How Grass Seed Starts
All grass seed contains the embryo of a grass plant and food to get it through a dormant period (winter for cool-season grasses or summers for warm-season grasses). When soil reaches the right temperature (60 to 65 degrees F) and it has an adequate supply of moisture, most grass seeds germinate and establish "crowns", tangles of roots that send up a few blades and send roots down as they shoot off horizontal roots called rhizomes to establish new plants. The first work of grass seed is to protect the embryonic grass plant and release it at the right time. The value of a grass seed is determined in part by how many seeds will produce plants---its "germination rate."
All Seeds Are Not Alike
Because of the popularity of lawn grasses as a ground cover, grass seed is widely planted--even in areas where the climate does not cooperate with traditional germination processes. To solve the problem, varieties of grass seed are cross-fertilized using native grasses that thrive in an area until a hybrid grass seed produces a plant that will be successful. The type of grass seed that will be successful depends on the climate of the area in which it is grown; many cool-season grasses grown in New York would never thrive in areas like Florida and Southern California where warm-season grasses thrive. Some, like Kentucky bluegrass, do well in several areas, New York and Virginia among them. Root and crown structure and growth patterns vary among grass types. The second job of grass seed is to carry specific genetic material and accurately reproduce the parent grass.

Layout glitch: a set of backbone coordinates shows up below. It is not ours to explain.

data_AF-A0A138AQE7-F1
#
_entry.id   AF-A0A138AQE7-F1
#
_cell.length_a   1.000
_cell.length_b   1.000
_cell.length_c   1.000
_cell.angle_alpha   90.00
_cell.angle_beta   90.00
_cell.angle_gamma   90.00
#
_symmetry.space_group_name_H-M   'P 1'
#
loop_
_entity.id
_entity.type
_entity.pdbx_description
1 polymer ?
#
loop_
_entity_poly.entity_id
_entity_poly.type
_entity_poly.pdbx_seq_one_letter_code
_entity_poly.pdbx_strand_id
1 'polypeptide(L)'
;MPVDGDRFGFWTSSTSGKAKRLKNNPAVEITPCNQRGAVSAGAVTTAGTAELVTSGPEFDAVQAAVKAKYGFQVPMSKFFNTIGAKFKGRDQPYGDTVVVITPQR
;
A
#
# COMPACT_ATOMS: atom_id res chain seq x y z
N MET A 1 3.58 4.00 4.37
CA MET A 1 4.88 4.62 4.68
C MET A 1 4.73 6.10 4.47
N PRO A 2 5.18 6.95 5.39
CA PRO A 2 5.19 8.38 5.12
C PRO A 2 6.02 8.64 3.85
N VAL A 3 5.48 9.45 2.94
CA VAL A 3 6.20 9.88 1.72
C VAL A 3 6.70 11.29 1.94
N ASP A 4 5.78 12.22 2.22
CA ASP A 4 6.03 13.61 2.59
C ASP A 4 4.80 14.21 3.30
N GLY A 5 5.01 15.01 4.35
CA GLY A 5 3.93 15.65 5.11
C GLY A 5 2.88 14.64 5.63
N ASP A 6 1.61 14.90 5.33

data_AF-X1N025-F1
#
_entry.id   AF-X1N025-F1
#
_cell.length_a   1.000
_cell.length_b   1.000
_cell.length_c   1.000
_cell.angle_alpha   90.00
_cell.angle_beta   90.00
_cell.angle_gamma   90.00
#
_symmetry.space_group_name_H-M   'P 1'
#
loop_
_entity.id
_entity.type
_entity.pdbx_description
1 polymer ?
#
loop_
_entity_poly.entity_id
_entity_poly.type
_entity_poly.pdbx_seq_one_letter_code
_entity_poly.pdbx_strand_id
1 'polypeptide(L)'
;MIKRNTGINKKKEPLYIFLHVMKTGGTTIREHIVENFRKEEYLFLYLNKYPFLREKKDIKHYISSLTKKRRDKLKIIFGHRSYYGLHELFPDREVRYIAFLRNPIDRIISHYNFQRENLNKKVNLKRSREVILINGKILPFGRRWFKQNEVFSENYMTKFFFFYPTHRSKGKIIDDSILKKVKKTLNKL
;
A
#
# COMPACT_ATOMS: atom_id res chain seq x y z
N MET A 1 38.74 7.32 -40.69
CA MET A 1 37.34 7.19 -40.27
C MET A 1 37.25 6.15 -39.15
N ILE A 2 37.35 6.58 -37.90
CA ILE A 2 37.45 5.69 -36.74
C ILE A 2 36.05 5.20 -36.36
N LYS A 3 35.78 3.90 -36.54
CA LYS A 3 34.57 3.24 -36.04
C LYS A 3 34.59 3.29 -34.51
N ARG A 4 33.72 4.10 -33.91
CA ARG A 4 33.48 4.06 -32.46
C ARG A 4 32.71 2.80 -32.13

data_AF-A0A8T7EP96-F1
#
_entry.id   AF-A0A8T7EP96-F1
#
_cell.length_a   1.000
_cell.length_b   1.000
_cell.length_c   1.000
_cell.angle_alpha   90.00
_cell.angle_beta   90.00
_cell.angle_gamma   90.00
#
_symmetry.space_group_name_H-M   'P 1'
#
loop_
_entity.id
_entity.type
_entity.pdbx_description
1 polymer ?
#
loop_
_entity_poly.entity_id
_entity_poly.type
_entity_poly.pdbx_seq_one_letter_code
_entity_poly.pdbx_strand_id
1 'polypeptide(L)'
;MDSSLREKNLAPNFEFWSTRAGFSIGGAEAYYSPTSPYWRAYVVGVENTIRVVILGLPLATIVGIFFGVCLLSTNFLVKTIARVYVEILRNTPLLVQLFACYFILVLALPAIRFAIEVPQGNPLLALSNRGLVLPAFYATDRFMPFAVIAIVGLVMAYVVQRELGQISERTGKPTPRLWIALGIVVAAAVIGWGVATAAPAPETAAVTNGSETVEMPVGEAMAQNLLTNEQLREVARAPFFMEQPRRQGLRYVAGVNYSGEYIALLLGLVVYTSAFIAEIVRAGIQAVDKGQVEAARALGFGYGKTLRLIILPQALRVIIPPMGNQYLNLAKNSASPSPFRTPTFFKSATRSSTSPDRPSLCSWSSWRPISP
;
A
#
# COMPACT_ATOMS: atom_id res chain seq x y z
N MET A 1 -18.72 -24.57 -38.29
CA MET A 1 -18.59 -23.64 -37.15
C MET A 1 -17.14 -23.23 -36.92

Seed Shape, Size and Seeding Rate
Each type of grass seed is a bit different in size and shape. In order to produce a lawn, grass seed must be planted densely enough to crowd out other plants. The "seeding rate" is an abstract number that differs for each type of seed; it provides the threshold at which seeds can produce a lawn that will compete successfully with common weeds like crabgrass, clover and plantain. The U.S. Golf Association recommends a seeding rate of 1.2 to 2 million seeds per 1,000 square feet for good cover. Since seed size varies, this number requires different weights of grass seed depending on the variety or mixture. For grass seed's toughest jobs, like golf greens, the rate of seeding is often double that of a residence. A lawn grass' popularity depends on its seed's reliability. In the end, the job of grass seed, whatever its variety and germination rate, is to respond to the right conditions in a predictable way each time it is planted.